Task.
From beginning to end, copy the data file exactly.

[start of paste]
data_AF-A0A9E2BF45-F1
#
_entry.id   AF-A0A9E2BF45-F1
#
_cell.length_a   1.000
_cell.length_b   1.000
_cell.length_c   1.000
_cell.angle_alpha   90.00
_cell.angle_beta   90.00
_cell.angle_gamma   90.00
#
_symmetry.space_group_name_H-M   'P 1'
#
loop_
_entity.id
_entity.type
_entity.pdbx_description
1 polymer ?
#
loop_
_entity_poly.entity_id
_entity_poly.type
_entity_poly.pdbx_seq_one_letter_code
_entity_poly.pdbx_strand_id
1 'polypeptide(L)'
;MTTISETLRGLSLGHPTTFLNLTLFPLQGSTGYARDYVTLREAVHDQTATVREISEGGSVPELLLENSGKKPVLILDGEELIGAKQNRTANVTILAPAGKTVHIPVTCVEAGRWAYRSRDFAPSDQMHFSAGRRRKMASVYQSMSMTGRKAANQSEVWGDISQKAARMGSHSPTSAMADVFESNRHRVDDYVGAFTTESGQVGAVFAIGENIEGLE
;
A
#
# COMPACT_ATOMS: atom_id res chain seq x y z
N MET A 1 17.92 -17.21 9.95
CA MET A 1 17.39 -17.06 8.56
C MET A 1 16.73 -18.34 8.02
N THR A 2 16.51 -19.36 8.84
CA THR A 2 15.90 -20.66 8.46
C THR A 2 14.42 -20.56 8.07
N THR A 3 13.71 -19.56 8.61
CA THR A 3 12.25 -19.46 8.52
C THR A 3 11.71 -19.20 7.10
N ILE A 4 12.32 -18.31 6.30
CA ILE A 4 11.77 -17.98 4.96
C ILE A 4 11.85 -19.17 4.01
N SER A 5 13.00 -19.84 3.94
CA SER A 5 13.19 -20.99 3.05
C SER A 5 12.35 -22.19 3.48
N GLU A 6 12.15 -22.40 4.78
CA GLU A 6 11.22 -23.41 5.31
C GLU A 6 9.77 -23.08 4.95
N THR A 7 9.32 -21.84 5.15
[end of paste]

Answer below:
data_AF-A0A9E2BF45-F1
#
_entry.id   AF-A0A9E2BF45-F1
#
_cell.length_a   1.000
_cell.length_b   1.000
_cell.length_c   1.000
_cell.angle_alpha   90.00
_cell.angle_beta   90.00
_cell.angle_gamma   90.00
#
_symmetry.space_group_name_H-M   'P 1'
#
loop_
_entity.id
_entity.type
_entity.pdbx_description
1 polymer ?
#
loop_
_entity_poly.entity_id
_entity_poly.type
_entity_poly.pdbx_seq_one_letter_code
_entity_poly.pdbx_strand_id
1 'polypeptide(L)'
;MTTISETLRGLSLGHPTTFLNLTLFPLQGSTGYARDYVTLREAVHDQTATVREISEGGSVPELLLENSGKKPVLILDGEELIGAKQNRTANVTILAPAGKTVHIPVTCVEAGRWAYRSRDFAPSDQMHFSAGRRRKMASVYQSMSMTGRKAANQSEVWGDISQKAARMGSHSPTSAMADVFESNRHRVDDYVGAFTTESGQVGAVFAIGENIEGLE
;
A
#
# COMPACT_ATOMS: atom_id res chain seq x y z
N MET A 1 17.92 -17.21 9.95
CA MET A 1 17.39 -17.06 8.56
C MET A 1 16.73 -18.34 8.02
N THR A 2 16.51 -19.36 8.84
CA THR A 2 15.90 -20.66 8.46
C THR A 2 14.42 -20.56 8.07
N THR A 3 13.71 -19.56 8.61
CA THR A 3 12.25 -19.46 8.52
C THR A 3 11.71 -19.20 7.10
N ILE A 4 12.32 -18.31 6.30
CA ILE A 4 11.77 -17.98 4.96
C ILE A 4 11.85 -19.17 4.01
N SER A 5 13.00 -19.84 3.94
CA SER A 5 13.19 -20.99 3.05
C SER A 5 12.35 -22.19 3.48
N GLU A 6 12.15 -22.40 4.78
CA GLU A 6 11.22 -23.41 5.31
C GLU A 6 9.77 -23.08 4.95
N THR A 7 9.32 -21.84 5.15